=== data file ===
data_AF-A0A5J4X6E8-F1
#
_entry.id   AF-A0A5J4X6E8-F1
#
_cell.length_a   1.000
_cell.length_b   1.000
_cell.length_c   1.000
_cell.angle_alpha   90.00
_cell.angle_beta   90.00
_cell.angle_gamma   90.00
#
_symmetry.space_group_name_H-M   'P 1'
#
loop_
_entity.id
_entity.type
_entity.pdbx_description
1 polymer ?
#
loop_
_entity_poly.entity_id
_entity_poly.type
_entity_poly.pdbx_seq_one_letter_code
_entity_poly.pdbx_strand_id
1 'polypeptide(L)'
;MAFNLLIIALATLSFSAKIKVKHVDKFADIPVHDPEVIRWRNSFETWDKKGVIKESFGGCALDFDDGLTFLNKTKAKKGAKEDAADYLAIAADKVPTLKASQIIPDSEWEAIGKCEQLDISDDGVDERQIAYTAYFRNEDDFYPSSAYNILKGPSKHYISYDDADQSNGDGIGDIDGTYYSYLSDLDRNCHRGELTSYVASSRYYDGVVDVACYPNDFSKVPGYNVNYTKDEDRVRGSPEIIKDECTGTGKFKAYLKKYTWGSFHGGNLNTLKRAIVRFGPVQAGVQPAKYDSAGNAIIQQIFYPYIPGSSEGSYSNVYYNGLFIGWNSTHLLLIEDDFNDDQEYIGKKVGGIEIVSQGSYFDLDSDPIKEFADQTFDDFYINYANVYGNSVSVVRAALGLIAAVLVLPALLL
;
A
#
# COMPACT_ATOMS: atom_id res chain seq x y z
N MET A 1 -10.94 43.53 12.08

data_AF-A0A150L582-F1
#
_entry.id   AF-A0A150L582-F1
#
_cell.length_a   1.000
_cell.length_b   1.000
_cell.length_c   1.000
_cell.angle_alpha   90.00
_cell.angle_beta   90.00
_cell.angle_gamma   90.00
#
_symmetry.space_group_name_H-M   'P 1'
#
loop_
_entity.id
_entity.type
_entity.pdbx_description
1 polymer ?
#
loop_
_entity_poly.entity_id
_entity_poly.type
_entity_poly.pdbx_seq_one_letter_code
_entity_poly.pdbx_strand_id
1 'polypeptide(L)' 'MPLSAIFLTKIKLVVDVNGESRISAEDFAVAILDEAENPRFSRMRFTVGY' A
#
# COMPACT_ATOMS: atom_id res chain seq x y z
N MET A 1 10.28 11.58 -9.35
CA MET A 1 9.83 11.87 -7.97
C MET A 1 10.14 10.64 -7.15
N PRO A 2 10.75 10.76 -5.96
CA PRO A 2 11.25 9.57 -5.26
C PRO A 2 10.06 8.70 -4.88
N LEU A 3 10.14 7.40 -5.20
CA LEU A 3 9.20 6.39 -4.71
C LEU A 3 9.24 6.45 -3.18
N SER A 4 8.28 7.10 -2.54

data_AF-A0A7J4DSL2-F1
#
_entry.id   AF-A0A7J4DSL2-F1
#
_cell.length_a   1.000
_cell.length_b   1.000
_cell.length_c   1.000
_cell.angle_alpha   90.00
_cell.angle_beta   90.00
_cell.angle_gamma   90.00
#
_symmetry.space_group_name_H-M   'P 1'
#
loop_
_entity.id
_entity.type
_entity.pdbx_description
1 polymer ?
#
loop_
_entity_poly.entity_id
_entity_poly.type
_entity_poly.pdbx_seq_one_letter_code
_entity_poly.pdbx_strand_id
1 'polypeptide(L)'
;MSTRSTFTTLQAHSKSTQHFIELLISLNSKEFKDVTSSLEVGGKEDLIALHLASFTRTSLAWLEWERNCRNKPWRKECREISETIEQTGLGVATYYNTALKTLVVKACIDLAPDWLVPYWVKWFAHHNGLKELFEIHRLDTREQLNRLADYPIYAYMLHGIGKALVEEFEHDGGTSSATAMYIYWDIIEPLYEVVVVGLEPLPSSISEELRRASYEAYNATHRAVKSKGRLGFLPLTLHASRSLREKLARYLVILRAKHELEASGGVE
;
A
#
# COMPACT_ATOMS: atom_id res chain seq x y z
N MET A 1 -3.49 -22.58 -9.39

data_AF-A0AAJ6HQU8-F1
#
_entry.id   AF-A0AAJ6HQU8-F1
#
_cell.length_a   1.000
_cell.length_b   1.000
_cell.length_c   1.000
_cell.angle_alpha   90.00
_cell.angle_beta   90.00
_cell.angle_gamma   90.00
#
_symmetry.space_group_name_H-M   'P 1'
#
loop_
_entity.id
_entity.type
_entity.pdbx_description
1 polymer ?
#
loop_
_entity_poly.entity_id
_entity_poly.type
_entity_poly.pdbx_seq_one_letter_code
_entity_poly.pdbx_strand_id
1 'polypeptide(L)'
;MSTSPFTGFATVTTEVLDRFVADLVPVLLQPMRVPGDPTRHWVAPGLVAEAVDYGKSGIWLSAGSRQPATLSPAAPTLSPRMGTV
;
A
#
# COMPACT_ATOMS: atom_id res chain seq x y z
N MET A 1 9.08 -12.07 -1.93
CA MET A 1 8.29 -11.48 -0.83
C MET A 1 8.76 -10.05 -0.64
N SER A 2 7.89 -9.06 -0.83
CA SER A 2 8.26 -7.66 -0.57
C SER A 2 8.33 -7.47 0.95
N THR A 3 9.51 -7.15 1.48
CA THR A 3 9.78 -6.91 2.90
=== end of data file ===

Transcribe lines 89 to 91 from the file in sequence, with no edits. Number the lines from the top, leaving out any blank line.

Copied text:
_entity_poly.entity_id
_entity_poly.type
_entity_poly.pdbx_seq_one_letter_code